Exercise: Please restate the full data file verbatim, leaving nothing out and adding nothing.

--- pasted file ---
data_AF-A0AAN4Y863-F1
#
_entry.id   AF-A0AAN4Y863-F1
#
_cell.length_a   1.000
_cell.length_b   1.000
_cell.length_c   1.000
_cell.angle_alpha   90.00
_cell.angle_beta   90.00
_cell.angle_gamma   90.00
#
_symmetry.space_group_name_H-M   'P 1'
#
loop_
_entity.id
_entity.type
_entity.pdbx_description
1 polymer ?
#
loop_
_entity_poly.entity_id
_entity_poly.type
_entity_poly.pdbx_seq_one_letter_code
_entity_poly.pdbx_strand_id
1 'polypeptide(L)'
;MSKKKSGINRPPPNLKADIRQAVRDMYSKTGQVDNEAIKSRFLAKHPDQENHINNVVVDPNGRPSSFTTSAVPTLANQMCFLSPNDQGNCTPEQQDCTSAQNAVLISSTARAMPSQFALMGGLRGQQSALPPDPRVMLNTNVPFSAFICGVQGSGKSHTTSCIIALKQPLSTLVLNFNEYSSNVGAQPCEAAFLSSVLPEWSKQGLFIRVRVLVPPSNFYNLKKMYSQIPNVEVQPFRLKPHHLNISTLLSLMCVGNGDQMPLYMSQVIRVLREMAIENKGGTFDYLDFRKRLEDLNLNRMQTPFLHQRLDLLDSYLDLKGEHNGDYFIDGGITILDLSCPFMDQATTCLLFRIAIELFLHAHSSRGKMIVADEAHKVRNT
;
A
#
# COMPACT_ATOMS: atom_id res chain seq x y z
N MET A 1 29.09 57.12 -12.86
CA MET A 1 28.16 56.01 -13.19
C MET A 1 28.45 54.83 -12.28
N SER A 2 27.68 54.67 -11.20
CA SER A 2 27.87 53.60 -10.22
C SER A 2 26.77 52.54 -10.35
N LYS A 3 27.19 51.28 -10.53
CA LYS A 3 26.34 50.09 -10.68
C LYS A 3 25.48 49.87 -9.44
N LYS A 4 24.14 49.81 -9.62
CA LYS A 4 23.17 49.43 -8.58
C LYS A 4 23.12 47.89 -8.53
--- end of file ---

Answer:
data_AF-A0AAN4Y863-F1
#
_entry.id   AF-A0AAN4Y863-F1
#
_cell.length_a   1.000
_cell.length_b   1.000
_cell.length_c   1.000
_cell.angle_alpha   90.00
_cell.angle_beta   90.00
_cell.angle_gamma   90.00
#
_symmetry.space_group_name_H-M   'P 1'
#
loop_
_entity.id
_entity.type
_entity.pdbx_description
1 polymer ?
#
loop_
_entity_poly.entity_id
_entity_poly.type
_entity_poly.pdbx_seq_one_letter_code
_entity_poly.pdbx_strand_id
1 'polypeptide(L)'
;MSKKKSGINRPPPNLKADIRQAVRDMYSKTGQVDNEAIKSRFLAKHPDQENHINNVVVDPNGRPSSFTTSAVPTLANQMCFLSPNDQGNCTPEQQDCTSAQNAVLISSTARAMPSQFALMGGLRGQQSALPPDPRVMLNTNVPFSAFICGVQGSGKSHTTSCIIALKQPLSTLVLNFNEYSSNVGAQPCEAAFLSSVLPEWSKQGLFIRVRVLVPPSNFYNLKKMYSQIPNVEVQPFRLKPHHLNISTLLSLMCVGNGDQMPLYMSQVIRVLREMAIENKGGTFDYLDFRKRLEDLNLNRMQTPFLHQRLDLLDSYLDLKGEHNGDYFIDGGITILDLSCPFMDQATTCLLFRIAIELFLHAHSSRGKMIVADEAHKVRNT
;
A
#
# COMPACT_ATOMS: atom_id res chain seq x y z
N MET A 1 29.09 57.12 -12.86
CA MET A 1 28.16 56.01 -13.19
C MET A 1 28.45 54.83 -12.28
N SER A 2 27.68 54.67 -11.20
CA SER A 2 27.87 53.60 -10.22
C SER A 2 26.77 52.54 -10.35
N LYS A 3 27.19 51.28 -10.53
CA LYS A 3 26.34 50.09 -10.68
C LYS A 3 25.48 49.87 -9.44
N LYS A 4 24.14 49.81 -9.62
CA LYS A 4 23.17 49.43 -8.58
C LYS A 4 23.12 47.89 -8.53